The other Great North Road.

Hertfordshire residents will be familiar with signs bearing the words Great North Road, the name given to the old coaching route leading from Smithfield in London to Edinburgh. The road went via Baldock, Stamford, Doncaster, Darlington, and Newcastle to the Scottish capital. Although the coaching route changed over the years and in places was superseded by the modern A1/A1M, there are still roads bearing the name Great North Road running through Barnet, Potters Bar, Hatfield and Welwyn Garden City, as well as places further north.

However, you probably won’t know that there is also a Great North Road in New South Wales, Australia, which runs for 150 miles from Sydney to Newcastle. At one point, near Wiseman’s Ferry north of Sydney, the route passes within a couple of miles of the settlement of St Albans, home to just 300 inhabitants.

The Australian Great North Road was built between 1826 and 1836 by convict labourers, sometimes working in leg-irons, and it is now a tourist route known as the Convict Trail. Most of the original road is still in use today, and many features such as retaining walls and bridges can still be seen along the route. See:

As for the St Albans in New South Wales, there doesn`t appear to be much to say. The settlement lies up a river valley about 75 miles north west of Sydney and has been largely by-passed by modern Australia. In fact the area is often referred to as the “forgotten valley” by locals, even though it was occupied by Europeans over 200 years ago.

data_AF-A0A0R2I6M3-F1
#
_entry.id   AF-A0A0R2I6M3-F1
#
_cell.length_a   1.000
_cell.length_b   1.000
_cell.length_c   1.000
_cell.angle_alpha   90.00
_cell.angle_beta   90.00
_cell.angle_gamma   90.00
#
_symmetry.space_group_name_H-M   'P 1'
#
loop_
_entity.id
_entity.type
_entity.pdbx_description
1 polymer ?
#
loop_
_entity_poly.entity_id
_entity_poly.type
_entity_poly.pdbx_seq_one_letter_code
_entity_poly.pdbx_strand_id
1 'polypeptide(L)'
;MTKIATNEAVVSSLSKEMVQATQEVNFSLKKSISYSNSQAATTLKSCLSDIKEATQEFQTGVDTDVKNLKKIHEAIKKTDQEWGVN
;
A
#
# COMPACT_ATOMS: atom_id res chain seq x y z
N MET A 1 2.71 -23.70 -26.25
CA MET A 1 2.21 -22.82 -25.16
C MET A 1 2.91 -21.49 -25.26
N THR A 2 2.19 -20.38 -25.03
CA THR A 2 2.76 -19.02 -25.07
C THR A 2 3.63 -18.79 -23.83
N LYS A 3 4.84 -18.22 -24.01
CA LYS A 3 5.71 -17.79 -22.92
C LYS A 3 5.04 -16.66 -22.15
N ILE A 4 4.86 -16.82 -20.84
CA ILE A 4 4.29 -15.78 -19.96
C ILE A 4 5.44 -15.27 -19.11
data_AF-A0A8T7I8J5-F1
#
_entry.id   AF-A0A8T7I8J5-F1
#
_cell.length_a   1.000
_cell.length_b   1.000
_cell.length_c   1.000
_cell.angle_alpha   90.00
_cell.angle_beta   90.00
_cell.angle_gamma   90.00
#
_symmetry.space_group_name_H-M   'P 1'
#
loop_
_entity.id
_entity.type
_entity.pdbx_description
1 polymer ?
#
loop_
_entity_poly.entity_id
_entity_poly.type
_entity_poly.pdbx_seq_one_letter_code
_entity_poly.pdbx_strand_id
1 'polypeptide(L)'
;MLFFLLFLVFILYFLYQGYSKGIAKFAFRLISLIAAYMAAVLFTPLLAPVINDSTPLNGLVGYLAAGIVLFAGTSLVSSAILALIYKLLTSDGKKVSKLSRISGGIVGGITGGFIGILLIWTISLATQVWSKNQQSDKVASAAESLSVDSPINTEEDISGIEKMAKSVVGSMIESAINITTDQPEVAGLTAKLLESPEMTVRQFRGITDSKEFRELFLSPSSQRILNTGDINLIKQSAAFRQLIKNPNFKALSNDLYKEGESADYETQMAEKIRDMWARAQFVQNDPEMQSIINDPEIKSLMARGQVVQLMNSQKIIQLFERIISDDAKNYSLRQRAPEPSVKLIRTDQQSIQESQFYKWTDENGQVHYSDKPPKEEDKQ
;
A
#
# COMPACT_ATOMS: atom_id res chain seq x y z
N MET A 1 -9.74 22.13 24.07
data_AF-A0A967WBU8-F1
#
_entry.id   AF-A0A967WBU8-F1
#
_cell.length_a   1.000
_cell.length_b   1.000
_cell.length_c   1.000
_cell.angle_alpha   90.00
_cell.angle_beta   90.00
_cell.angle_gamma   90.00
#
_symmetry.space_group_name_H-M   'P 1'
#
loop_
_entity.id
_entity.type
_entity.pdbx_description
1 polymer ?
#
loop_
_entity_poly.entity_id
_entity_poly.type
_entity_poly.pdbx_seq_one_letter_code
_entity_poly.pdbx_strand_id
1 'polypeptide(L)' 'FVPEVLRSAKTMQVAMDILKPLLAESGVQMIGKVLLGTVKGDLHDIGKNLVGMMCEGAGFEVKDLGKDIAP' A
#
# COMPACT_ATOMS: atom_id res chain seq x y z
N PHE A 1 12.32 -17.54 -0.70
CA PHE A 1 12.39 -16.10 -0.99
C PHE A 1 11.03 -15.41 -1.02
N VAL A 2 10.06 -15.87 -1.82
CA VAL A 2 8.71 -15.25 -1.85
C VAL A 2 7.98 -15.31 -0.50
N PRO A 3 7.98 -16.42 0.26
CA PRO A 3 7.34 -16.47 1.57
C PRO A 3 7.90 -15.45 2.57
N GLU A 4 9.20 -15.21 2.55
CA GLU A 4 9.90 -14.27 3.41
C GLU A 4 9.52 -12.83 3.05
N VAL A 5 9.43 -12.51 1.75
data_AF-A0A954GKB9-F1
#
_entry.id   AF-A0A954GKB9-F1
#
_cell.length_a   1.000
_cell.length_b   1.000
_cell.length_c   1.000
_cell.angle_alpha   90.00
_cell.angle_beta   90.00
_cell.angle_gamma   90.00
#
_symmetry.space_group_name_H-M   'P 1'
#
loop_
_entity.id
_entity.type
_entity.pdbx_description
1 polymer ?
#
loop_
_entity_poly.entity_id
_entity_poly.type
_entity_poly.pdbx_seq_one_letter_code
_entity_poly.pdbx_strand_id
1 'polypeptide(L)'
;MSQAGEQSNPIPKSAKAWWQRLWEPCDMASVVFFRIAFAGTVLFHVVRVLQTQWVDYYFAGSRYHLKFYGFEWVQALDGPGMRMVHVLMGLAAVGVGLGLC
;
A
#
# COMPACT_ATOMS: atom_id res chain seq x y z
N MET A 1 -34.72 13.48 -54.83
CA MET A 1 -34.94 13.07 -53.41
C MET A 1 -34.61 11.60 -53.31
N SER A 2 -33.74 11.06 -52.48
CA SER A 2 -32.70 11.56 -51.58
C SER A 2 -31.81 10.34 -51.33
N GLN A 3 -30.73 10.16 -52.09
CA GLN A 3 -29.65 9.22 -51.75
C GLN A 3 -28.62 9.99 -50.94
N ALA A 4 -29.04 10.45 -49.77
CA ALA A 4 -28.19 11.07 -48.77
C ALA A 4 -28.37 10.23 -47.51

The first settlers were freed convicts or their children, or escapees from the penal colonies along the coast, for whom the remoteness of the location was the main attraction. These settlers scratched out a living off the land and initially lived harmoniously alongside the local aboriginal people. However, the local tribes were gradually forced off their ancestral lands and conflict between the two groups became inevitable, as was the case in much of Australia. The village website reveals how harsh conditions on the other side of the world could be (

myself and eighteen others laid in a hollow tree for seventeen weeks and cooked out of a kettle with a wooden bottom; we used to stick it in a hole in the ground and make a fire around it. I was seven years in bondage, and then started working for a living where ever I could get it. There was plenty of hardship then, I have often taken grass, pounded it, and made soup from a native dog [Dingo]. I would eat anything then.”

If you`re ever in Sydney and need an excuse to get out and about, why not hire a car, drive the Great North Road, and swap stories with the locals at the Settlers Arms Inn, the historic village pub in St Albans, Australia (

This article is part of our Celebrating St Albans History series. You can view all our historical facts on our Celebrating St Albans History page.
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